Readable and revealing.

Pub Date: Jan. 12, 2010

ISBN: 978-0-8090-9469-1

Page Count: 320

Publisher: Hill and Wang/Farrar, Straus and Giroux

Review Posted Online: June 24, 2010

Kirkus Reviews Issue: Oct. 15, 2009

Did you like this book?

No Comments Yet

Striking research showing the immense complexity of ordinary thought and revealing the identities of the gatekeepers in our...

THINKING, FAST AND SLOW

A psychologist and Nobel Prize winner summarizes and synthesizes the recent decades of research on intuition and systematic thinking.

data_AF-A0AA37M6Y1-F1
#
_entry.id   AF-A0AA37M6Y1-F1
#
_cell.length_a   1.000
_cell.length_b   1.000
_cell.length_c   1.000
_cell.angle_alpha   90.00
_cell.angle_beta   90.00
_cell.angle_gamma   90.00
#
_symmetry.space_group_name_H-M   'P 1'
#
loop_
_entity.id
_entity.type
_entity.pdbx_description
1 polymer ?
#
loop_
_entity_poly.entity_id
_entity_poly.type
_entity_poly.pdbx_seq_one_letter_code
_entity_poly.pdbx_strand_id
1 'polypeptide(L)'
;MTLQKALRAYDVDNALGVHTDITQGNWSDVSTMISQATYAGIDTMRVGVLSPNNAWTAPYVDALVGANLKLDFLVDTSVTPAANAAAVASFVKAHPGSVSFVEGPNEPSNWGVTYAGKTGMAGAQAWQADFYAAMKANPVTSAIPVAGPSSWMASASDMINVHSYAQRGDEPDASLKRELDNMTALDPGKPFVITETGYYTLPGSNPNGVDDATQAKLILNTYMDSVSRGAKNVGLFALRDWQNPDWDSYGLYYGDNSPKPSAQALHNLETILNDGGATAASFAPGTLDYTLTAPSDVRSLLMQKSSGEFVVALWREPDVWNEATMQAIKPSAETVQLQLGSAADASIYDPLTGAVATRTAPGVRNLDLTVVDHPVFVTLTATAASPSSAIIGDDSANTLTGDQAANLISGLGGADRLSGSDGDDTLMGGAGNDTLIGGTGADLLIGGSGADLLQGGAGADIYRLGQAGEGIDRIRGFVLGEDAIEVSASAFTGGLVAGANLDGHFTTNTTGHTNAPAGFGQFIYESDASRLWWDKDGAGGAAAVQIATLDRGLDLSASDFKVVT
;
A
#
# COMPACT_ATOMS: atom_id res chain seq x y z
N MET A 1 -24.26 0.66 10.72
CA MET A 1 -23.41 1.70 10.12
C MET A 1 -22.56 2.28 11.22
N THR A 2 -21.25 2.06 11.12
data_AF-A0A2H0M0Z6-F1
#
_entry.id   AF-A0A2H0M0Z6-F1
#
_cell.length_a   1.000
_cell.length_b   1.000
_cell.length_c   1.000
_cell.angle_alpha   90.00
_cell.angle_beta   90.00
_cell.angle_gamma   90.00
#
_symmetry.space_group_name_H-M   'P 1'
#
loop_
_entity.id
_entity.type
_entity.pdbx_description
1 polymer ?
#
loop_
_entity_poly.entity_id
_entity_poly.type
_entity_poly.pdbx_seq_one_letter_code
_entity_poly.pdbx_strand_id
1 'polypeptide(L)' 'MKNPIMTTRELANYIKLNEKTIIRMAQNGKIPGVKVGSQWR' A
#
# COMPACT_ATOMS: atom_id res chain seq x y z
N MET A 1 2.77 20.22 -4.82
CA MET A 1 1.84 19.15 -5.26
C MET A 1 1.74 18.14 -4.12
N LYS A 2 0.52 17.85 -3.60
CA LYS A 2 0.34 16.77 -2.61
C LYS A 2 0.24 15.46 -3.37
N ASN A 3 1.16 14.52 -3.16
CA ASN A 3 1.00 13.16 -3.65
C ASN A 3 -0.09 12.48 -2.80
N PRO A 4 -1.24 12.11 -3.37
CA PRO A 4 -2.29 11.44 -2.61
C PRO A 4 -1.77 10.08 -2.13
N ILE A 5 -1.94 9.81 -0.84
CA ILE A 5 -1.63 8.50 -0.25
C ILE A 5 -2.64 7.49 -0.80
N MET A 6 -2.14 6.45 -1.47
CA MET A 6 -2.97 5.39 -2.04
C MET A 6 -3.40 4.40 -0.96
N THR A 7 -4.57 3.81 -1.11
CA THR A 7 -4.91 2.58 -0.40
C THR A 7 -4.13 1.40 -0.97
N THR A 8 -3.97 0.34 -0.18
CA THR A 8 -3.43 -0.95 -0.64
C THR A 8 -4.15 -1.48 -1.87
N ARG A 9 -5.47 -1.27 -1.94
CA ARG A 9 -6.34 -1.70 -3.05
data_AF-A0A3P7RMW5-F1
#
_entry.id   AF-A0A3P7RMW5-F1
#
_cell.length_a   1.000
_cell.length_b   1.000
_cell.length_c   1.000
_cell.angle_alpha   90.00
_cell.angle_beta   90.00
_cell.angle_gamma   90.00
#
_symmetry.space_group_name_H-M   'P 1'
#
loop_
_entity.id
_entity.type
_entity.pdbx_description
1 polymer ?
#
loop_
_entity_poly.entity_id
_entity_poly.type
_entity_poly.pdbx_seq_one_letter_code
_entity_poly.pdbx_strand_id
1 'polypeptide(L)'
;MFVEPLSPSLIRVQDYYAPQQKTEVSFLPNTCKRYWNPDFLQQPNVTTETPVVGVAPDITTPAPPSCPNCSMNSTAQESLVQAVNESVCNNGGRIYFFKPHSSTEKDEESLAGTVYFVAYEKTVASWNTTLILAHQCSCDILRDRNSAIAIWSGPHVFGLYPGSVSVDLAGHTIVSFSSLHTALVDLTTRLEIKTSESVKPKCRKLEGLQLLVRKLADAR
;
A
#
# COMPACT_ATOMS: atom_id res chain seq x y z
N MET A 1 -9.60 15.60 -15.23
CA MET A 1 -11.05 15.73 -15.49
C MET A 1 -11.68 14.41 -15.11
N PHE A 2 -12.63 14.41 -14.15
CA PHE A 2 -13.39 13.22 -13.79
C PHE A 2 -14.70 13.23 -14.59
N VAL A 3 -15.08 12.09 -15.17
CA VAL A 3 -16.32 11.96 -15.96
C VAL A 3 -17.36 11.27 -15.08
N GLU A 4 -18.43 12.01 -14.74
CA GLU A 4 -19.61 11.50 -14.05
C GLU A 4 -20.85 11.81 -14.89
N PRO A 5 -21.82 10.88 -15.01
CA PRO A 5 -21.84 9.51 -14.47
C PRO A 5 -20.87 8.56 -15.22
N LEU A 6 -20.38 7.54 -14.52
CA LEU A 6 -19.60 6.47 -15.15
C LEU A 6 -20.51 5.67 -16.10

The author of several scholarly texts, Kahneman (Emeritus Psychology and Public Affairs/Princeton Univ.) now offers general readers not just the findings of psychological research but also a better understanding of how research questions arise and how scholars systematically frame and answer them. He begins with the distinction between System 1 and System 2 mental operations, the former referring to quick, automatic thought, the latter to more effortful, overt thinking. We rely heavily, writes, on System 1, resorting to the higher-energy System 2 only when we need or want to. Kahneman continually refers to System 2 as “lazy”: We don’t want to think rigorously about something. The author then explores the nuances of our two-system minds, showing how they perform in various situations. Psychological experiments have repeatedly revealed that our intuitions are generally wrong, that our assessments are based on biases and that our System 1 hates doubt and despises ambiguity. Kahneman largely avoids jargon; when he does use some (“heuristics,” for example), he argues that such terms really ought to join our everyday vocabulary. He reviews many fundamental concepts in psychology and statistics (regression to the mean, the narrative fallacy, the optimistic bias), showing how they relate to his overall concerns about how we think and why we make the decisions that we do. Some of the later chapters (dealing with risk-taking and statistics and probabilities) are denser than others (some readers may resent such demands on System 2!), but the passages that deal with the economic and political implications of the research are gripping.